SHOW VS TELL - that's what they tell us.
approach isn’t as easy as the instruction. My first writing was all telling.
Lines and lines of narrative filled the pages. That's the reason 'Music in the Kitchen' is still 'under the bed.'
As writers, we want people to remember out books. We work with words yet we need to paint pictures, offer photo-snaps, and create worlds. Details get the job done whether it is solidifying an overall theme or painting a momentary stage.
I remember three details from a book I read before I was ten years
old. That’s almost six decades ago. Here they are. These details showed me the world of the book and the life of the character.
1) How to properly sweep the floor. (Use long, slow sweeps so as not to raise a dust cloud.)
2) It is possible to knit if you are blind. (Polly had to learn when her eyes were compromised.)
3) Polly for some reason is a nickname for Mary. (Who knew?)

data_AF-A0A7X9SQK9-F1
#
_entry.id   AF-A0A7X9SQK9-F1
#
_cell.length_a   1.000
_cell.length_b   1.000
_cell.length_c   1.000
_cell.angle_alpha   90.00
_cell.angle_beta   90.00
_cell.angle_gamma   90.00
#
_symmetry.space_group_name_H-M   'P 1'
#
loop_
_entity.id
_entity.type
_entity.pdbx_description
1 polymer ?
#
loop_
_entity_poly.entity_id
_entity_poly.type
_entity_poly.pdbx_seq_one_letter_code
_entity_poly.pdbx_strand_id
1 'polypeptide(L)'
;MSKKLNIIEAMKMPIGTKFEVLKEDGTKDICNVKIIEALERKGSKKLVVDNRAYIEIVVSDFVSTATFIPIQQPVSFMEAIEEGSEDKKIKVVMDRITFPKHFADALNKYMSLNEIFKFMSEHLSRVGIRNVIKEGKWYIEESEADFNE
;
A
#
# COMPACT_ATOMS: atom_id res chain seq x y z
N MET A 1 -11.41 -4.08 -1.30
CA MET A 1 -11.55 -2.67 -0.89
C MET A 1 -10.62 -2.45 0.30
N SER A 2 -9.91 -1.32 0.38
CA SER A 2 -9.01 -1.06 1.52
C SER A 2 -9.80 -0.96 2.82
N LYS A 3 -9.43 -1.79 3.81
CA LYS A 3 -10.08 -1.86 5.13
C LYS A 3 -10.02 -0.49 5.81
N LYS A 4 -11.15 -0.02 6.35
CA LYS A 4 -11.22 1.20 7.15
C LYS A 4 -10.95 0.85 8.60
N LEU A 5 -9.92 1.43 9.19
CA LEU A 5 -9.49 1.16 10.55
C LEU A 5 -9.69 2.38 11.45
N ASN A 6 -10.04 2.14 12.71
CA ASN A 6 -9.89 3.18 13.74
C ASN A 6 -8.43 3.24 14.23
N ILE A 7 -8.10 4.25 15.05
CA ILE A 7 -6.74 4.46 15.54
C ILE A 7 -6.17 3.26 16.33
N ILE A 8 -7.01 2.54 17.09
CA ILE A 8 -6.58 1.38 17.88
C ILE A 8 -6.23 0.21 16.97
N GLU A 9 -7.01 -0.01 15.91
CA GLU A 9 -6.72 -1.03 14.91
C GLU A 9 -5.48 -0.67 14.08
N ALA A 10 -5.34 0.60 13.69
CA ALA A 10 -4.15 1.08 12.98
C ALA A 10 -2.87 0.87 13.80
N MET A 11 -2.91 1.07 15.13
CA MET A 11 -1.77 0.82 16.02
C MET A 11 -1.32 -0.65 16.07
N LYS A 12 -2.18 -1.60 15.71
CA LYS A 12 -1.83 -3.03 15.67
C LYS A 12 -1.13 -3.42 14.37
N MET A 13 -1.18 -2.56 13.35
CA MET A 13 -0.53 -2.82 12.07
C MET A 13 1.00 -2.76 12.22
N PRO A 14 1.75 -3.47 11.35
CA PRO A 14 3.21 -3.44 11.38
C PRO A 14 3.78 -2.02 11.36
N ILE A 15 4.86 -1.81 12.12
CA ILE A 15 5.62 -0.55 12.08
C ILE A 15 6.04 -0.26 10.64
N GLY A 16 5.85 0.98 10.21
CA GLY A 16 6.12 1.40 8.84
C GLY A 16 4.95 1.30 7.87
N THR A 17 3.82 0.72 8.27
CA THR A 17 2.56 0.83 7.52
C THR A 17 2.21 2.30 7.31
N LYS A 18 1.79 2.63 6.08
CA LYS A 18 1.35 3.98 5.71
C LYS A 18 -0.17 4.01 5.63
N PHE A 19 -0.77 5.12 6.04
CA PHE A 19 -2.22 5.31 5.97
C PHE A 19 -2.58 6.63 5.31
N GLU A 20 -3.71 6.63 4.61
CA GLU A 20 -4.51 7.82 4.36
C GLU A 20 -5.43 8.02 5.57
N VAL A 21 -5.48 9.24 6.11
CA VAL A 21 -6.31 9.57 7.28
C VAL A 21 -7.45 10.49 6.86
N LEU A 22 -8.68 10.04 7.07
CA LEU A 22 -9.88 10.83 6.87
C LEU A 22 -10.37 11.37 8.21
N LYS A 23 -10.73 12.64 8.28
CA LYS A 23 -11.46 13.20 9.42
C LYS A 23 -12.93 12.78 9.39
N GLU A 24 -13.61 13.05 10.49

Woven into those details is the feeling of family, personal growth and survival. The remembered details provide a gateway to the overall effect the book had on me. And I remember the book with affection.
Details used effectively can shift telling to showing and leave story images planted in the reader’s brain and soul.
How do you get the result you want? In other words how to get to ‘showing the story.’ Here’s a tip I learned years ago for changing telling generic detail into showing a multi-textured world.
First, write your general thought.
–“It was a dark and scary night.”
Second, describe what makes that statement true.
“It was a dark and scary night. Clouds obscured the moon. The rain beat down like the tears of dead sailors and a banshee wind howled, obliterating any hope of comfort. Shadows deeper than the darkness lurked ready to suck a man’s soul from his bones.”
Third: Go back and take out the first sentence.
It was a dark and scary night. “Clouds obscured the moon. The rain beat down like
the tears of dead sailors and a banshee wind howled, obliterating any hope of
comfort. Shadows deeper than the darkness lurked ready to suck a man’s soul
from his bones.”
And one, two, three-you are showing not telling.
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